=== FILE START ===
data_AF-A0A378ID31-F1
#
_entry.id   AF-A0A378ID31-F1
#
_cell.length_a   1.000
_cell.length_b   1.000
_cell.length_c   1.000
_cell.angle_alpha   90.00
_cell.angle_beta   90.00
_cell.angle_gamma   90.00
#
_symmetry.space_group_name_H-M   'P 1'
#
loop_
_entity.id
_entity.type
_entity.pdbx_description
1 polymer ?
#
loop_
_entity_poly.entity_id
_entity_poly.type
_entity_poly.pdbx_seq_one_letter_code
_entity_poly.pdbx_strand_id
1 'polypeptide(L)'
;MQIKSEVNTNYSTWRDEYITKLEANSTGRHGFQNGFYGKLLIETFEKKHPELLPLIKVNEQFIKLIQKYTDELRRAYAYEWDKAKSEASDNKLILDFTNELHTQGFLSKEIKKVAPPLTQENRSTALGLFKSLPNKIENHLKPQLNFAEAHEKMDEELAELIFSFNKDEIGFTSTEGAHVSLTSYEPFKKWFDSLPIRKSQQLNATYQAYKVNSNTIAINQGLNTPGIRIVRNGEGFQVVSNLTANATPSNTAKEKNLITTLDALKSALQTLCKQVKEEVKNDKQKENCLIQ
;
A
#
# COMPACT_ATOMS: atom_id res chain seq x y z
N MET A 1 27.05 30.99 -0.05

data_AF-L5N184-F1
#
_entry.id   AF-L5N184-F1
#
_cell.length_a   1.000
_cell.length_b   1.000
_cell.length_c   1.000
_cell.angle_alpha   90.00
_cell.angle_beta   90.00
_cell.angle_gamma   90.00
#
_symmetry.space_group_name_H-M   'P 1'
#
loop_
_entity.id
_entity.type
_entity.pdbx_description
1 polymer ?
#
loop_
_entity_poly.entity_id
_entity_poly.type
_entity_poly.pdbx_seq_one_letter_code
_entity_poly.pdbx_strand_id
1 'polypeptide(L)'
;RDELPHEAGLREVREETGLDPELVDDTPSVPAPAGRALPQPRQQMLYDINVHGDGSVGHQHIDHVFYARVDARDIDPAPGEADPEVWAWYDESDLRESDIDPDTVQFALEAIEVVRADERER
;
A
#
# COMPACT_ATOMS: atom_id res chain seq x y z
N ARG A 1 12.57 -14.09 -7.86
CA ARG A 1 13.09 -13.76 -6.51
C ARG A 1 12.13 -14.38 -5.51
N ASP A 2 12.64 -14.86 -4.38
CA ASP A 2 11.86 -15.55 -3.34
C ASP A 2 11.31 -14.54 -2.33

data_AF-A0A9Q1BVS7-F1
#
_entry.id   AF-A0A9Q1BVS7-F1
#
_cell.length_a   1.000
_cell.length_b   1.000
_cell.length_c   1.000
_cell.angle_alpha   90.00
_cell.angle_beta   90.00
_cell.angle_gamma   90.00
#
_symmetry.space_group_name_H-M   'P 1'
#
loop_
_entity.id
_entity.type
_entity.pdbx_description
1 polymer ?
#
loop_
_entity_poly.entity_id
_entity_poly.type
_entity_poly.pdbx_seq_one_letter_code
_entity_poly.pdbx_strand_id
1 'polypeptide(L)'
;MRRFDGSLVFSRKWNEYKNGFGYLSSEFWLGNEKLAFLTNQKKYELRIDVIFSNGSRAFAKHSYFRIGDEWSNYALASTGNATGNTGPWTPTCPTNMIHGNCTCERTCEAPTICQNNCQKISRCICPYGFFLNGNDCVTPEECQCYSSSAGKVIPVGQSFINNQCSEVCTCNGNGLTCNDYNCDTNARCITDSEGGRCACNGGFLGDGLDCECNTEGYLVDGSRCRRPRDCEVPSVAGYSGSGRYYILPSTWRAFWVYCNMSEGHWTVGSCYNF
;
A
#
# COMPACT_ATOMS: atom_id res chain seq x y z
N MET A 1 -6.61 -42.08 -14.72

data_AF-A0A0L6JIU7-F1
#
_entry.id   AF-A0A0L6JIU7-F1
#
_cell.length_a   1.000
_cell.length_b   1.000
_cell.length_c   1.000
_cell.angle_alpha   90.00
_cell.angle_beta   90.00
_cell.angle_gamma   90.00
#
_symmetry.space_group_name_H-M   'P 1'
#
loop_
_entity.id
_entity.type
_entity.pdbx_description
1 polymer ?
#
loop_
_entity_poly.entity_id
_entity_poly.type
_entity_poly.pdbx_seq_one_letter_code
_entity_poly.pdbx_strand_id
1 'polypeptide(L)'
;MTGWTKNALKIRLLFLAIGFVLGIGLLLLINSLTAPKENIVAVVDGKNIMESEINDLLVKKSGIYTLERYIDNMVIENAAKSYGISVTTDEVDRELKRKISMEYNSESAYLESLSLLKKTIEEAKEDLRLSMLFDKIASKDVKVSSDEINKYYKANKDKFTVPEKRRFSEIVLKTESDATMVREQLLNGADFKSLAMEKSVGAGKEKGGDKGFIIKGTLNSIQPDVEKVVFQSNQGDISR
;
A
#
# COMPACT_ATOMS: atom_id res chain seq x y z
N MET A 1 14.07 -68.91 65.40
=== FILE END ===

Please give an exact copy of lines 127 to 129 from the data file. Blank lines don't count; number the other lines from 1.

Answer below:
#
# COMPACT_ATOMS: atom_id res chain seq x y z
N MET A 1 14.07 -68.91 65.40